Asian Art

Written by Blaire Chandler-Wilcox
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Asian art has fascinated the world at large since the 13th century travels of Marco Polo. Within two centuries fascination became obsession. Motifs featuring phoenixes and dragons were highly sought after. Chinese porcelain, Japanese woodcuts, and finely drawn Asian botanical studies were all the rage. Not much has changed in 500 years, and Asian art continues to be immensely popular.

Of course specifics vary between countries--and within genres. However, there are certain identifying traits to nearly all traditional Asian art. Among these characteristics is the importance of compositional space, the unification of shape and proportion, the use of color and light, and the use of defining line.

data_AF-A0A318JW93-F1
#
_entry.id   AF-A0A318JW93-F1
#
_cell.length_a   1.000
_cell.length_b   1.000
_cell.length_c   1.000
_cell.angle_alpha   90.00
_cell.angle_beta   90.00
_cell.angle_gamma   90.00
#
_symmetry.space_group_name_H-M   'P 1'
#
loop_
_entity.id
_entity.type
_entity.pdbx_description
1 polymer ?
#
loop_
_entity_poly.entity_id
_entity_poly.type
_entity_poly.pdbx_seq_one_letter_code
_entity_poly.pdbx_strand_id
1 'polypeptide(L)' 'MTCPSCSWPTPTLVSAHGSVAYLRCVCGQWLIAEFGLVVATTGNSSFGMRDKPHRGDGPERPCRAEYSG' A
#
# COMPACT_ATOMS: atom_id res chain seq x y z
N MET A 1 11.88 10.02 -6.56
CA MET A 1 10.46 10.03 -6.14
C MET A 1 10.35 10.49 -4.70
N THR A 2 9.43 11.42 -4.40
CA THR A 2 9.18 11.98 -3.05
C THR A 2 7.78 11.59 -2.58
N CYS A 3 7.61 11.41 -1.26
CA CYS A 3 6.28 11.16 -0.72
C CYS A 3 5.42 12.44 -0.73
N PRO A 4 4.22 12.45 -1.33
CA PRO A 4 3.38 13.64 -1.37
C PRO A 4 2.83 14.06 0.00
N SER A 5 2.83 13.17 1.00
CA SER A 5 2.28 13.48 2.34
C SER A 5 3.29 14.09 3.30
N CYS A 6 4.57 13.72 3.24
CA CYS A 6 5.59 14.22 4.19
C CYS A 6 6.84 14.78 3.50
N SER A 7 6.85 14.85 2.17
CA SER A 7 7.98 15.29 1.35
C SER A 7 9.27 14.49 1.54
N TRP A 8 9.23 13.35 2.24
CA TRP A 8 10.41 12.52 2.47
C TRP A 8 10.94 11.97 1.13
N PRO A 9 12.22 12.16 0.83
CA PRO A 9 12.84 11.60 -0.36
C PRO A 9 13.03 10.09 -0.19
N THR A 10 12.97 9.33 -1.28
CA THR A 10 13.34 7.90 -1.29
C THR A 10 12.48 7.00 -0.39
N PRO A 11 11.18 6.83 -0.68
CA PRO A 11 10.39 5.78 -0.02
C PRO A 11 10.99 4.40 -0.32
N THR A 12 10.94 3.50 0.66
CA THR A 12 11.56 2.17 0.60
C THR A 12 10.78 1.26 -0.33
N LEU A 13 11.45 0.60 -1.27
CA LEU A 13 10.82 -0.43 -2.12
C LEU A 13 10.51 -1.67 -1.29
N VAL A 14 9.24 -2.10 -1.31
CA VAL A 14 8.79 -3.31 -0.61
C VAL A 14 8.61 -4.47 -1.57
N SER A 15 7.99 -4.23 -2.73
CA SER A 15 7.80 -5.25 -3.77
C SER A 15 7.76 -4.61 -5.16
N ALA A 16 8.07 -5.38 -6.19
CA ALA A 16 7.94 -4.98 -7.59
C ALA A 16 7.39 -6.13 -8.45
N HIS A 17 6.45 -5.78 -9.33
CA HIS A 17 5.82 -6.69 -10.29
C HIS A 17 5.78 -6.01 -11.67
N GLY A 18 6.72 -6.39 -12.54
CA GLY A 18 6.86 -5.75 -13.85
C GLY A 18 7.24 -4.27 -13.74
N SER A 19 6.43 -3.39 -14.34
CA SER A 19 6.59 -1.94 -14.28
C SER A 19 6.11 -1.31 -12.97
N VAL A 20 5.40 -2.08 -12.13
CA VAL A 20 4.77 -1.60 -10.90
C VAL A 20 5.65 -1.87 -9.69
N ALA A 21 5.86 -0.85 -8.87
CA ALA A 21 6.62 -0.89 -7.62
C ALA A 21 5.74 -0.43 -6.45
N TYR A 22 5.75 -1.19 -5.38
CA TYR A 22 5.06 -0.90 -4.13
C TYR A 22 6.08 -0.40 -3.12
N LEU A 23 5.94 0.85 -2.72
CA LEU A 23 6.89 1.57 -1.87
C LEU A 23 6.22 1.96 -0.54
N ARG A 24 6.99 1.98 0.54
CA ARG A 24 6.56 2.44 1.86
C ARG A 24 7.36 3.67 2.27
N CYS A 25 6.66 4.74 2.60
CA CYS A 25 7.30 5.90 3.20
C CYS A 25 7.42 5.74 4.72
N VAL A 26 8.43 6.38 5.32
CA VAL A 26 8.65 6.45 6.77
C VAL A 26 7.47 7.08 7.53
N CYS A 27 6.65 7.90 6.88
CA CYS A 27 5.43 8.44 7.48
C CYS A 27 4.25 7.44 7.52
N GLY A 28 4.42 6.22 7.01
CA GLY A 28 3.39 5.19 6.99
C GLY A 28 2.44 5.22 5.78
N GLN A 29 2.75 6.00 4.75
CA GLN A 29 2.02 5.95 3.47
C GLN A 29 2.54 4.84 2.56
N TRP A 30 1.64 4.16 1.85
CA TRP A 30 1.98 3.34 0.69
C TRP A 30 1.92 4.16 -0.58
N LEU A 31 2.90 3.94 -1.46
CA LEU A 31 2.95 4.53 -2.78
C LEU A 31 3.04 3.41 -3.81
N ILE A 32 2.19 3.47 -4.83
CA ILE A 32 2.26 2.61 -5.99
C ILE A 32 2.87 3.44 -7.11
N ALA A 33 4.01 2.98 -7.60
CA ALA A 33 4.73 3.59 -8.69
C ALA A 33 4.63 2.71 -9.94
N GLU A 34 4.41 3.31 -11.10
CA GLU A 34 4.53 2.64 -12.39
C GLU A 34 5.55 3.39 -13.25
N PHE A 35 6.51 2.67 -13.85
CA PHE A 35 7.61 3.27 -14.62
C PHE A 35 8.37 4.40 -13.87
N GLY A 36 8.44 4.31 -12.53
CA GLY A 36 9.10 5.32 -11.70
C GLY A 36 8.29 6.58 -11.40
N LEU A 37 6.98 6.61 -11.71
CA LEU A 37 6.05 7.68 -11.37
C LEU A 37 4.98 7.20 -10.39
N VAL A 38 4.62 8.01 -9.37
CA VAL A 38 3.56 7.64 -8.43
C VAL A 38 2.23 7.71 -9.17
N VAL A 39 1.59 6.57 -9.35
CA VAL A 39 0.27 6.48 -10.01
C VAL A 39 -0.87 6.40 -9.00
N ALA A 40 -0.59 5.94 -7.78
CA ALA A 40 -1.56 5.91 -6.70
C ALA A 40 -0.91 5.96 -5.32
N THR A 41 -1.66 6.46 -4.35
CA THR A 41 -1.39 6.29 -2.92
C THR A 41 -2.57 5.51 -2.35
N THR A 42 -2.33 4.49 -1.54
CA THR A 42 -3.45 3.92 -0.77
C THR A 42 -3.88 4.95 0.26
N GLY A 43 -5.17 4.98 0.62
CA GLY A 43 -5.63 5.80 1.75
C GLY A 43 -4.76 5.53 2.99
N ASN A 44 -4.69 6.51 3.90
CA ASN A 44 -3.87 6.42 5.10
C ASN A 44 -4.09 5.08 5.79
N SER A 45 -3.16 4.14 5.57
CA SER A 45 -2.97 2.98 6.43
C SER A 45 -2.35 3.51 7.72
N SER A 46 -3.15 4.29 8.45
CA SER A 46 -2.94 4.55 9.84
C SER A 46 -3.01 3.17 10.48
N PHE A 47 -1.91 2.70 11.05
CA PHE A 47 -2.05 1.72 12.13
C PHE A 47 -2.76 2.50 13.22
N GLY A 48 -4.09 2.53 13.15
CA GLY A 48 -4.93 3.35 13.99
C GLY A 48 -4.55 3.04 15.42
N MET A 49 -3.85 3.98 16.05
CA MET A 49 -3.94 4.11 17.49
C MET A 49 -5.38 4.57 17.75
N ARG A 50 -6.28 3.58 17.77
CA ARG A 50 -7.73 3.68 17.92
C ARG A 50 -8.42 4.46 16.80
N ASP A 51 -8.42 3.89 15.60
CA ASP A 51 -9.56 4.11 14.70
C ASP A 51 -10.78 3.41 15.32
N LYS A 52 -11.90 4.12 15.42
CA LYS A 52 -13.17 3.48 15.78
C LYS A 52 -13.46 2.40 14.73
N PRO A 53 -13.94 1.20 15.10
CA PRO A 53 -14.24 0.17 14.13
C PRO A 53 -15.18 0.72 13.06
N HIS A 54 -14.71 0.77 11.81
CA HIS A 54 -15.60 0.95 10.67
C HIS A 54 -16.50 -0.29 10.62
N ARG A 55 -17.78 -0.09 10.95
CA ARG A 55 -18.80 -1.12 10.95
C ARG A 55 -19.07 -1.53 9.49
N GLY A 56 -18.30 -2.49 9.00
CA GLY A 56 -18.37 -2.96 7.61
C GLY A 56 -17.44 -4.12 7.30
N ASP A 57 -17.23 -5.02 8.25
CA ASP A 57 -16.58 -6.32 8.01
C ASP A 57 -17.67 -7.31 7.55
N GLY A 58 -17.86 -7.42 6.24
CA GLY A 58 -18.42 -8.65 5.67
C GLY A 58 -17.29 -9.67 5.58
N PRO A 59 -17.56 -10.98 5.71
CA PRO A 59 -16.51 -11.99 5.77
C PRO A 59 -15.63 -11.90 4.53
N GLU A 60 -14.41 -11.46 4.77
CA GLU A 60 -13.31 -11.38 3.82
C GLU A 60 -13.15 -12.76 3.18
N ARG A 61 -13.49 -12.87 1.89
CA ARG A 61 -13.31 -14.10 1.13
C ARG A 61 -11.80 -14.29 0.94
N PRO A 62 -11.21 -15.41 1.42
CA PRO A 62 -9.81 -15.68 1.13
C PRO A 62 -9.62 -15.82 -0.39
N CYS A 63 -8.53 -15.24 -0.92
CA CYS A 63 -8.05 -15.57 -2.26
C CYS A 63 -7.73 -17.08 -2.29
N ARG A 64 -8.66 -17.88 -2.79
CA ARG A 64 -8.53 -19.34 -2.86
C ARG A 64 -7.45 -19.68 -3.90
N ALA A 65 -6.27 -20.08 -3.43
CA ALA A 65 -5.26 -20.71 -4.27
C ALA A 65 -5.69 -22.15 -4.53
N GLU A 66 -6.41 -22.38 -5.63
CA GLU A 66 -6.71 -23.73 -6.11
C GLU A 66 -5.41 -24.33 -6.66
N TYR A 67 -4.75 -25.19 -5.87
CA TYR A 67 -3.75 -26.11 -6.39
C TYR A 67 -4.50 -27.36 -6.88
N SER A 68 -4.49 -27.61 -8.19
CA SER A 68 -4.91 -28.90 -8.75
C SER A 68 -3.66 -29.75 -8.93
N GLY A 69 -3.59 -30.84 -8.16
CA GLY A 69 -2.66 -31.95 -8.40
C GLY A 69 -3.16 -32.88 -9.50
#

Asian Art: General Themes

Asian art history explores two main themes: the cultural and the spiritual. Broad examples of "cultural art" could include landscapes, ancestor portraits, and botanical studies. The specific culture's influence would be found in design, material, subject and technique, making one region's art distinctive from another.

The spiritual aspect of art, however, crosses geographic boundaries. Despite the fact that one culture might prefer ceramics while another excels in brush painting, the primary subject could be the same spiritual symbol. Representations of Buddha and Hindu gods appear in the art from nearly all Asian communities. As a result, in spiritual Asian art, the terminology is based not on the region, but on the religious subject: Buddhist art, Hindu art, Islamic art, etc.


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